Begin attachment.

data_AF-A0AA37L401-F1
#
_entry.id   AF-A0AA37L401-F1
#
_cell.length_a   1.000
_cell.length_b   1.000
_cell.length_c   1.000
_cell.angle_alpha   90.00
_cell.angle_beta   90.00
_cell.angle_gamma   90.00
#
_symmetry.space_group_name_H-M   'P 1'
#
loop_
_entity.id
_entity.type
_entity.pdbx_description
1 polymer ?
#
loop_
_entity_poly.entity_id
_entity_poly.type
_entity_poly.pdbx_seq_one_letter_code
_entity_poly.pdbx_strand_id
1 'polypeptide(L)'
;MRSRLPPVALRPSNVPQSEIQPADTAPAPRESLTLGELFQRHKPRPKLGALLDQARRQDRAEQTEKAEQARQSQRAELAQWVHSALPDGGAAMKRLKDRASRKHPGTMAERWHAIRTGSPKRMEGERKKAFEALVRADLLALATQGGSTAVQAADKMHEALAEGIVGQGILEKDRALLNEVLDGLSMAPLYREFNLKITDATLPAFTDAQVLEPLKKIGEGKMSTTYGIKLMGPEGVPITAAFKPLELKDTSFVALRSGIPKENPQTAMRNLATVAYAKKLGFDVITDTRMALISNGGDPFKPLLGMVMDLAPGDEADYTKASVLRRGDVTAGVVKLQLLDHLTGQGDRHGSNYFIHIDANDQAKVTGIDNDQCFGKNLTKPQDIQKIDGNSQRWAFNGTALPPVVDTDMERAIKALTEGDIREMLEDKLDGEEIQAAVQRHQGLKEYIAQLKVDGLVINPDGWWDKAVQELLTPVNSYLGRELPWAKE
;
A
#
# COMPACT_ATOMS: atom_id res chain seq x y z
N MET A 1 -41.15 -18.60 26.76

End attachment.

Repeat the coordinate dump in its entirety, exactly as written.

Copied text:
data_AF-A0AA37L401-F1
#
_entry.id   AF-A0AA37L401-F1
#
_cell.length_a   1.000
_cell.length_b   1.000
_cell.length_c   1.000
_cell.angle_alpha   90.00
_cell.angle_beta   90.00
_cell.angle_gamma   90.00
#
_symmetry.space_group_name_H-M   'P 1'
#
loop_
_entity.id
_entity.type
_entity.pdbx_description
1 polymer ?
#
loop_
_entity_poly.entity_id
_entity_poly.type
_entity_poly.pdbx_seq_one_letter_code
_entity_poly.pdbx_strand_id
1 'polypeptide(L)'
;MRSRLPPVALRPSNVPQSEIQPADTAPAPRESLTLGELFQRHKPRPKLGALLDQARRQDRAEQTEKAEQARQSQRAELAQWVHSALPDGGAAMKRLKDRASRKHPGTMAERWHAIRTGSPKRMEGERKKAFEALVRADLLALATQGGSTAVQAADKMHEALAEGIVGQGILEKDRALLNEVLDGLSMAPLYREFNLKITDATLPAFTDAQVLEPLKKIGEGKMSTTYGIKLMGPEGVPITAAFKPLELKDTSFVALRSGIPKENPQTAMRNLATVAYAKKLGFDVITDTRMALISNGGDPFKPLLGMVMDLAPGDEADYTKASVLRRGDVTAGVVKLQLLDHLTGQGDRHGSNYFIHIDANDQAKVTGIDNDQCFGKNLTKPQDIQKIDGNSQRWAFNGTALPPVVDTDMERAIKALTEGDIREMLEDKLDGEEIQAAVQRHQGLKEYIAQLKVDGLVINPDGWWDKAVQELLTPVNSYLGRELPWAKE
;
A
#
# COMPACT_ATOMS: atom_id res chain seq x y z
N MET A 1 -41.15 -18.60 26.76